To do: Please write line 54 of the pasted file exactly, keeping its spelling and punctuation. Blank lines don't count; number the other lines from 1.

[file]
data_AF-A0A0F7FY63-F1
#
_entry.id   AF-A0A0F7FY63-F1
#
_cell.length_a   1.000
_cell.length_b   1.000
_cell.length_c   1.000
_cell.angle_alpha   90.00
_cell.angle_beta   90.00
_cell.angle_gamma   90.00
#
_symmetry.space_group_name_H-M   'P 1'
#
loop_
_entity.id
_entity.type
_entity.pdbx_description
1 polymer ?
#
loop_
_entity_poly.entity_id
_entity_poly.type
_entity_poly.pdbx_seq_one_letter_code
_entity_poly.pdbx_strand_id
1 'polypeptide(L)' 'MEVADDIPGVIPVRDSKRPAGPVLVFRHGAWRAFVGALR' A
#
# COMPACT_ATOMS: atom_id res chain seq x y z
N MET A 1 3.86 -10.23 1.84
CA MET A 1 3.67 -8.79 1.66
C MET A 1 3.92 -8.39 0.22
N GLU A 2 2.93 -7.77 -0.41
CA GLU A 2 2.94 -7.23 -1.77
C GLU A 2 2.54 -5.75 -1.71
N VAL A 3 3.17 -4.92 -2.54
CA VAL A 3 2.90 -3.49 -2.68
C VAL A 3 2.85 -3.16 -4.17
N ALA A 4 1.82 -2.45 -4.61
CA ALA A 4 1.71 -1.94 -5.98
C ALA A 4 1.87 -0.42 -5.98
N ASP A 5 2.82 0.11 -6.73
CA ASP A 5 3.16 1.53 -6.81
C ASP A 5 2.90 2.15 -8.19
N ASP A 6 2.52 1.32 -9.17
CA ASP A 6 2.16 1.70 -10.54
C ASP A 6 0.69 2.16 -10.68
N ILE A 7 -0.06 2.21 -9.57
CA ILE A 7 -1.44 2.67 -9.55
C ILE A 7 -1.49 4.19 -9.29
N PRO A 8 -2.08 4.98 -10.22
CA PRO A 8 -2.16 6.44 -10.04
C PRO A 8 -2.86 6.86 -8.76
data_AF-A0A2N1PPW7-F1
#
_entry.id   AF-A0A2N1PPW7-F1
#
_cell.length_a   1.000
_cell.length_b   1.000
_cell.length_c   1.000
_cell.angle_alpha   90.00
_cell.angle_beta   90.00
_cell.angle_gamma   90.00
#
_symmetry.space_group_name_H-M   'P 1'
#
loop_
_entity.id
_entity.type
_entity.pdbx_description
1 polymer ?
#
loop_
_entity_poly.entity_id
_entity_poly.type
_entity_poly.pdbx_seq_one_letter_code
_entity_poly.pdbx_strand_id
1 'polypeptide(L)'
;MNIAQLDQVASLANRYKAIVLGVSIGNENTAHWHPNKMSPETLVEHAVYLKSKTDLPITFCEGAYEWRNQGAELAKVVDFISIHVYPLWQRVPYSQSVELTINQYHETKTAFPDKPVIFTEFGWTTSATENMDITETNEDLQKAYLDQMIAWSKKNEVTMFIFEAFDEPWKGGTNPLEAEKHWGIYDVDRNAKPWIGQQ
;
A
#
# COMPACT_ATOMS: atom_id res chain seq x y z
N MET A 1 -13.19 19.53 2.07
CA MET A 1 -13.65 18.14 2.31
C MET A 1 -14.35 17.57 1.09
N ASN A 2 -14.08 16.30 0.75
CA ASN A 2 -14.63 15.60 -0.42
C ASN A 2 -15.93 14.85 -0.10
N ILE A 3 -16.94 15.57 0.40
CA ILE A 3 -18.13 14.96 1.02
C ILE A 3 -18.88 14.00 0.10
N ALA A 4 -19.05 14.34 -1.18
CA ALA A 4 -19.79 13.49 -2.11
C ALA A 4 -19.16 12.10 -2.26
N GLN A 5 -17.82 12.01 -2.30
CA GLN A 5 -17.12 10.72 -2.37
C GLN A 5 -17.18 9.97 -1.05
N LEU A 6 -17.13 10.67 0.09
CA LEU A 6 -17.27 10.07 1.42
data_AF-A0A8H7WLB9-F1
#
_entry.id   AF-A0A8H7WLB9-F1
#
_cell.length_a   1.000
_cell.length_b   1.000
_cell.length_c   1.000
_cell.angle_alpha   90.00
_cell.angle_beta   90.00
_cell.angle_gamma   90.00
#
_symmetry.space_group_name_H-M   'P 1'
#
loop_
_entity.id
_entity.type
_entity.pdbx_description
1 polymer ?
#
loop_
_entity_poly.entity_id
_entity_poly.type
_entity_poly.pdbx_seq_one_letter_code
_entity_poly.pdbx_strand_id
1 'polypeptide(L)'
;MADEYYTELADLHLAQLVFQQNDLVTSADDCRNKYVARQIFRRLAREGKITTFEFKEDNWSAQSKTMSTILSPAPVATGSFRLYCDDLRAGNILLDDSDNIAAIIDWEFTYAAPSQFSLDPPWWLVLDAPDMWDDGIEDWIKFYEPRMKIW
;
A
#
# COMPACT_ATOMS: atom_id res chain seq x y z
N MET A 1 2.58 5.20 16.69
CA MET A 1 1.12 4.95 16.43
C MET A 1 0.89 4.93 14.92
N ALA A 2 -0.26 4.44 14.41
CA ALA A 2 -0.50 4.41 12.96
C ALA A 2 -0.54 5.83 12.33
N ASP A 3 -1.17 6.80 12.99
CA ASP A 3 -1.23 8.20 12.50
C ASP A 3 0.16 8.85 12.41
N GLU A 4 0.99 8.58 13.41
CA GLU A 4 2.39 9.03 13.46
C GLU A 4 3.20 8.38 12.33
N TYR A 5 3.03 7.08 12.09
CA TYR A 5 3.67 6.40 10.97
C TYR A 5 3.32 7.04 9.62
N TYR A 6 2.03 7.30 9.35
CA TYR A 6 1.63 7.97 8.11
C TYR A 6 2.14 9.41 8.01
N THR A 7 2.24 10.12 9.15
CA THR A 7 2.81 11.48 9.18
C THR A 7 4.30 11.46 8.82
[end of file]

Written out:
_entry.id   AF-A0A2N1PPW7-F1